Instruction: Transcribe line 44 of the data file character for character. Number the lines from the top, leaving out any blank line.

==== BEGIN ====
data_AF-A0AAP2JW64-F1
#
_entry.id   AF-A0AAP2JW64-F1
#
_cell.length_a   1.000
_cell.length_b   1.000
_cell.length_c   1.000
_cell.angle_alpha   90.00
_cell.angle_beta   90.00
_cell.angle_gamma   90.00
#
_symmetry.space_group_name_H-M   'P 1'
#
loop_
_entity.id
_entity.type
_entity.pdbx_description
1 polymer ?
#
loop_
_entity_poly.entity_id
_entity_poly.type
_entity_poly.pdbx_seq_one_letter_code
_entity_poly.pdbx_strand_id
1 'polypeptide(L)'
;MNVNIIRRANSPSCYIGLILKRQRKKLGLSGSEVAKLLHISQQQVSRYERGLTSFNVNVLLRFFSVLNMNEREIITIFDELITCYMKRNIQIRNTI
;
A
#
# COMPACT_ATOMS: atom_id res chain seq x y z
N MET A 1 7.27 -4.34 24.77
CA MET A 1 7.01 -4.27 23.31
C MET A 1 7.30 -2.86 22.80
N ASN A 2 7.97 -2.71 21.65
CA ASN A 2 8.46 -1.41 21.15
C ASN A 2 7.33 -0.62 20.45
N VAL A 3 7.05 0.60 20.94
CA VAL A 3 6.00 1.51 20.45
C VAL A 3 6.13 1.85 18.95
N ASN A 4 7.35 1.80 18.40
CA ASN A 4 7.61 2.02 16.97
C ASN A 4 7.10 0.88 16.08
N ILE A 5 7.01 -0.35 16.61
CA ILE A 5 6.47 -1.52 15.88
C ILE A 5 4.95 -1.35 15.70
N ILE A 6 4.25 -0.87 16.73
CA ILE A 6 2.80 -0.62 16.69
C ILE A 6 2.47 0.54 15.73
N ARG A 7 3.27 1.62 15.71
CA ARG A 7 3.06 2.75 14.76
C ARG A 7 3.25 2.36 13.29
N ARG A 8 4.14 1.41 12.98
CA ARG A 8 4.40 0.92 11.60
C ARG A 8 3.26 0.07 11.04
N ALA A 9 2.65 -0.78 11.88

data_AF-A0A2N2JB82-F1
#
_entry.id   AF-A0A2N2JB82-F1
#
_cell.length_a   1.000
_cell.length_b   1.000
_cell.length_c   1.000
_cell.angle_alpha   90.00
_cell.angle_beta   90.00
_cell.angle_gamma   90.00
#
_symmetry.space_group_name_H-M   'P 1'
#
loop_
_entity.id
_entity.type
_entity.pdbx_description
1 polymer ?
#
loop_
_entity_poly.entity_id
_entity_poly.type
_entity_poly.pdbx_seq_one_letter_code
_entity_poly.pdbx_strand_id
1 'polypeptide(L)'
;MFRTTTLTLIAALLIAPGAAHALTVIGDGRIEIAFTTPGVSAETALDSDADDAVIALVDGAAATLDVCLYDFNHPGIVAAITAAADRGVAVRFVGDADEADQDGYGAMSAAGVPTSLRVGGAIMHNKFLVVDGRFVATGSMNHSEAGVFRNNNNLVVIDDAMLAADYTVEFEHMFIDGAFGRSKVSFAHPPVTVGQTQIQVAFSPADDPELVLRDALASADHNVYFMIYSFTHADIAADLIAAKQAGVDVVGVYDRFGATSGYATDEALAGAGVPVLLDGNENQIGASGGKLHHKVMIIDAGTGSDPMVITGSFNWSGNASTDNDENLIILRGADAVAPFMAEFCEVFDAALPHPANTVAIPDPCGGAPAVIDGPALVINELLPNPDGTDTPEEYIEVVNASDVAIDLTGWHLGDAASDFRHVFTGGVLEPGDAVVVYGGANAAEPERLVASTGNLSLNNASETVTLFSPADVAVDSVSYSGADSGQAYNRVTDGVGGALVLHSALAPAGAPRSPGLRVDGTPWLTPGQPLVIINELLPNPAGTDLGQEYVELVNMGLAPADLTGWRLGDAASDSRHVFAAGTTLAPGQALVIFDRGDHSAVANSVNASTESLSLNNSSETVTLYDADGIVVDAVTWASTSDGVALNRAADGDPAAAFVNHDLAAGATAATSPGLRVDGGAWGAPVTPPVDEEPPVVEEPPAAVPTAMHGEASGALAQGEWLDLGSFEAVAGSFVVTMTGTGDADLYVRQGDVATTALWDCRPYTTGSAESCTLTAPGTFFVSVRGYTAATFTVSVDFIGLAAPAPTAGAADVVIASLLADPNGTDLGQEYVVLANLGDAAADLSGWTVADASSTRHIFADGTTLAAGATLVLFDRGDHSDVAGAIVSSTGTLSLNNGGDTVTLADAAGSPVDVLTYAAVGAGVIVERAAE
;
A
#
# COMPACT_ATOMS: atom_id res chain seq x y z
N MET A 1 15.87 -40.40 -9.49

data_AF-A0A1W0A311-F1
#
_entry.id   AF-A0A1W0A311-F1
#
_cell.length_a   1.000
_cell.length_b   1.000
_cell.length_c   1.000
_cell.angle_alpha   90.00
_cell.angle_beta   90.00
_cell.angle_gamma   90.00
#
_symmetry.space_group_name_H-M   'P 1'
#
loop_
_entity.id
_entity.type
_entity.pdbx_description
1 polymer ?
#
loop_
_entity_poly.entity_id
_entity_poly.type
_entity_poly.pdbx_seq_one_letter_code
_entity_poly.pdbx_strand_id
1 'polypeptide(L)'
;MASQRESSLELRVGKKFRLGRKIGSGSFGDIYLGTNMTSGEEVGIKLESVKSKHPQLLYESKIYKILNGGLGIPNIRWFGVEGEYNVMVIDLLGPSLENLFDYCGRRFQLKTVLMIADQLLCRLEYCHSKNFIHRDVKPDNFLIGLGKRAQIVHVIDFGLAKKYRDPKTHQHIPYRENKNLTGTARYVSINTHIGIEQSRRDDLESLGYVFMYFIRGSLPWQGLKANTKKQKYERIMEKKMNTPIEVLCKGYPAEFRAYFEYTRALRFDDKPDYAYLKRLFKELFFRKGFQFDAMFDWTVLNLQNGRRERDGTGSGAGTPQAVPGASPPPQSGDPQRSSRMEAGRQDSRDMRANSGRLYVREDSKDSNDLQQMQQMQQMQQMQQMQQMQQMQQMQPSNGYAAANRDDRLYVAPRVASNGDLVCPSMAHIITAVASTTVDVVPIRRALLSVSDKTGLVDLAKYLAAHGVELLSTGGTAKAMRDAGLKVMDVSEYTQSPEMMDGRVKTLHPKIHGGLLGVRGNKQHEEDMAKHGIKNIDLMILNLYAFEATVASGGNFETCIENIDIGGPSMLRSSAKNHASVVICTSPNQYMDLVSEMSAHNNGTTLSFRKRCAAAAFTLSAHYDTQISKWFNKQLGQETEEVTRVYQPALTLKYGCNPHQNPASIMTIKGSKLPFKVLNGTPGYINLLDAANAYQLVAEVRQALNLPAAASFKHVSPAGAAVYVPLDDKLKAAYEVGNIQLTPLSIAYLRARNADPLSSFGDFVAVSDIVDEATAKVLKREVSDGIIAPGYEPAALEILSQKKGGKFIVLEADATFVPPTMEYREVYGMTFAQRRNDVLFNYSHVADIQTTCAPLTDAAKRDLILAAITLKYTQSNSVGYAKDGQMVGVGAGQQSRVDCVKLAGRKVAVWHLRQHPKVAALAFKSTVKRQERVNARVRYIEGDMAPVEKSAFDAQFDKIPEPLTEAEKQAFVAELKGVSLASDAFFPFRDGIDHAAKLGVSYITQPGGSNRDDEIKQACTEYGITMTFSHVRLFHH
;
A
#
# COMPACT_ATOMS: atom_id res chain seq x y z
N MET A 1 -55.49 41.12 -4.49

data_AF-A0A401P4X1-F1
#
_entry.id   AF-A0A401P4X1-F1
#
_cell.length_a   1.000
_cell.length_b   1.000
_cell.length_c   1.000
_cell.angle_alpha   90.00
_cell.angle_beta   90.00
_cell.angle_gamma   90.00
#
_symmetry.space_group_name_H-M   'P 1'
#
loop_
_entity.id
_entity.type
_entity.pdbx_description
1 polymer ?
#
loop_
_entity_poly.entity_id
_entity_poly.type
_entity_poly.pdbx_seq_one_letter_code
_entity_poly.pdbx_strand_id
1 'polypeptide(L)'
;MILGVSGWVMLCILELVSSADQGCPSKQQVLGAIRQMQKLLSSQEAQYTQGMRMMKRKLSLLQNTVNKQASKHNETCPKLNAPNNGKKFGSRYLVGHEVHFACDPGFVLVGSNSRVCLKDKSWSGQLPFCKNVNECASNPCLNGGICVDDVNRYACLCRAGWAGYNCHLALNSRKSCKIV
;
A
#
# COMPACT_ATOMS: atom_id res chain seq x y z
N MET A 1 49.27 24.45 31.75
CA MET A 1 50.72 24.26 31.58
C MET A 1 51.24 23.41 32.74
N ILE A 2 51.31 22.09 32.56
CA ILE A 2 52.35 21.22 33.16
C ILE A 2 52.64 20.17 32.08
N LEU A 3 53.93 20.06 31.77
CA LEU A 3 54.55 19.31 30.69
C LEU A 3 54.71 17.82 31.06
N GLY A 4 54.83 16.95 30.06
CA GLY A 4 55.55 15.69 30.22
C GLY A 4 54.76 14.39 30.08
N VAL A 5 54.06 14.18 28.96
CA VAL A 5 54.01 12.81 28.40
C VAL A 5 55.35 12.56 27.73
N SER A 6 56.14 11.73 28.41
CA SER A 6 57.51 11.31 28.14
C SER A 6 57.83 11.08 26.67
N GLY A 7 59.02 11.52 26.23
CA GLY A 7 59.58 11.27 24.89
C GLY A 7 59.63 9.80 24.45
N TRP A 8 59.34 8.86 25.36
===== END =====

CA ILE A 5 6.47 -1.52 15.88